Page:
Known as Australia’s contemporary culture hub and regularly referred to as the world’s most liveable city, Melbourne doesn’t need much introduction. But Melbourne is still very far away from everywhere—at least, from countries other than New Zealand. This can be both a help and a hindrance in the arts, logistically speaking. Melbourne doesn’t seem to mind much, as it’s got plenty of local talent to showcase.
Fitzroy is one of the main cultural draws, the bohemian neighbourhood known for its rooftop bars, vintage shops and secondhand bookstores, as well as galleries such as Brunswick Street Gallery, a studio and exhibition space for independent local artists, curated by Kathleen Ashby. They’re currently showing several simultaneous shows, including Louisa West’s Geo Botanical, paintings of Australian flora and fauna, bringing the tradition of still life to Australia’s landscape, alongside an all-female exhibition on portraiture in different media.
Formerly located in Fitzroy, but now in its third incarnation in Collingwood, Lamington Drive is the gallery offshoot of creative agency, The Jacky Winter Group. The gallery space has been going since 2008, presenting artists from the agency books, and offering a platform from which to talk about the tension between art and commerce. At its relatively new gallery space, open since June, Cooked is a group ceramic show of eight artists who make things that might be considered sculptures or might be used as objects—or indeed both.
For still and moving image, the place to go in Melbourne is the Centre for Contemporary Photography. As part of the Melbourne Festival this Autumn (a frenzy of different arts happening across the city from 4 to 22 October), the CCP have organised an exhibition of more than 150 works, An Orthodox Flow of Images, starting off with a macabre historic photograph from 1880 by JW Lindt, known as the first press photograph to be published in Australia. It depicts the dead body of Joe Byrne, a gang member, strung up outside the Benalla Police Station—and leads the exhibition into a discussion of how images influence our interpretation of the world. (During the Melbourne Festival there will also be more lighthearted events, such as a play talking about middle-aged sex, a major exhibition by Joseph Kosuth, and Art Trams, transporting visitors around the city in trains painted by eight different artists.)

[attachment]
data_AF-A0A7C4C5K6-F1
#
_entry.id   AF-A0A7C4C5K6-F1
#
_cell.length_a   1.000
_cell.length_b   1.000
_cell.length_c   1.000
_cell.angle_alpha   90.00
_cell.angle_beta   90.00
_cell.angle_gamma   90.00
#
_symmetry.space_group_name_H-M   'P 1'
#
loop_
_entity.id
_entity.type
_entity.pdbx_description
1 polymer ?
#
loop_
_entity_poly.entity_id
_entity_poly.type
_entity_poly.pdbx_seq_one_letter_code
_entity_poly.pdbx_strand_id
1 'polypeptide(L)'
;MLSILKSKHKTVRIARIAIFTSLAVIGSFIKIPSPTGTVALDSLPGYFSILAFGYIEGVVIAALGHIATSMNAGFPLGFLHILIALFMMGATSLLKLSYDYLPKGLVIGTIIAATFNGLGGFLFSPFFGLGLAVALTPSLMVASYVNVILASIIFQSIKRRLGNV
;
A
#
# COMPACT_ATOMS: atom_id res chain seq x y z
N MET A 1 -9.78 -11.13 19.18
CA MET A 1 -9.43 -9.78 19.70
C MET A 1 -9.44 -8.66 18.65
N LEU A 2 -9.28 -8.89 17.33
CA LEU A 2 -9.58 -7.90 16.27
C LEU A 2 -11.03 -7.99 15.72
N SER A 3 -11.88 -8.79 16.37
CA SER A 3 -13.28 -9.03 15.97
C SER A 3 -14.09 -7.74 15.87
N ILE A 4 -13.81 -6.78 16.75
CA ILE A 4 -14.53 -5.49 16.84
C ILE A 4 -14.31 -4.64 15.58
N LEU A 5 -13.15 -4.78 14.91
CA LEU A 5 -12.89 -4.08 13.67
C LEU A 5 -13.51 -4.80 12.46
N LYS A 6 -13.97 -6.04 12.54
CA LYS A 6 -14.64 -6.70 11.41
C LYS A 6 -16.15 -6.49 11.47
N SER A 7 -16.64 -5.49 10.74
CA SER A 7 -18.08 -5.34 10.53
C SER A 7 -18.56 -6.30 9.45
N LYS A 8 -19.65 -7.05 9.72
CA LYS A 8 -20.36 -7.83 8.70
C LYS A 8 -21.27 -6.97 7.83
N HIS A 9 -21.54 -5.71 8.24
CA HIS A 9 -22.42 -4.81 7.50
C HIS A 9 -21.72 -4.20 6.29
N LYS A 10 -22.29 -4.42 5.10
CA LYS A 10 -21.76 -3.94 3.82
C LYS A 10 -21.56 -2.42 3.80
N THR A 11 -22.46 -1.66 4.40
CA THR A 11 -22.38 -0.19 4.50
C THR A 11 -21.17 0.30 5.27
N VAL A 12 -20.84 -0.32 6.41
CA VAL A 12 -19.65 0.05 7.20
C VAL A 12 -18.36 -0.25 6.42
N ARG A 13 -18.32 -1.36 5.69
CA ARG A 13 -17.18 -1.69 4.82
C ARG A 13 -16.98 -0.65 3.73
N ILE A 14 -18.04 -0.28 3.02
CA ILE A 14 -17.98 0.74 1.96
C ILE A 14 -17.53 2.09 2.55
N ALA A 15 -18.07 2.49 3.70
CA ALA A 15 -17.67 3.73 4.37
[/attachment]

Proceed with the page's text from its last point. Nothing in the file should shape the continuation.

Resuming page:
One of the pivots of the Melbourne scene and a pillar of its world-class prestige is, of course, the Australian Centre for Contemporary Art one of the longest-running contemporary art institutes in the city, located in the Southbank Arts Precinct. Coming up, they’ll host the first ever exhibition in the Southern Hemisphere of Kader Attia, including her iconic Ghost (2007) work, aluminium casts of praying Muslim women.
Attached to RMIT University is RMIT gallery—with an eclectic mix of academic and experimental exhibitions (to name a few topics; oceans, ectoplasm and diseases) over five floors, by artists from all over. RMIT gallery is not restricted to the visual arts: design, sound, music, tech and pop culture are all part of the programme too, relating to the breadth of studies they offer. It’s kind of pot luck what might be on when you visit but if you want something out of the box, this is your place.
Another non-profit worth visiting is Gertrude Contemporary, with two spaces in Preston Space and Collingwood. Seventeen of the last twenty artists who have represented Australia at the Venice Biennale have been connected with the gallery and its studio spaces. This year’s Pavilion artist in Venice, Tracey Moffatt, is among them, and is the first indigenous artist to represent the country at the Biennale. She described her exhibition, My Horizon as being open to interpretation: “It could be about looking out into the distance or into the future to escape from where we are or our situation, almost like a retreat, a moving into the realm of one’s imagination. And that is what artists do, we go to some other place.” The next place on our horizon might just be Melbourne.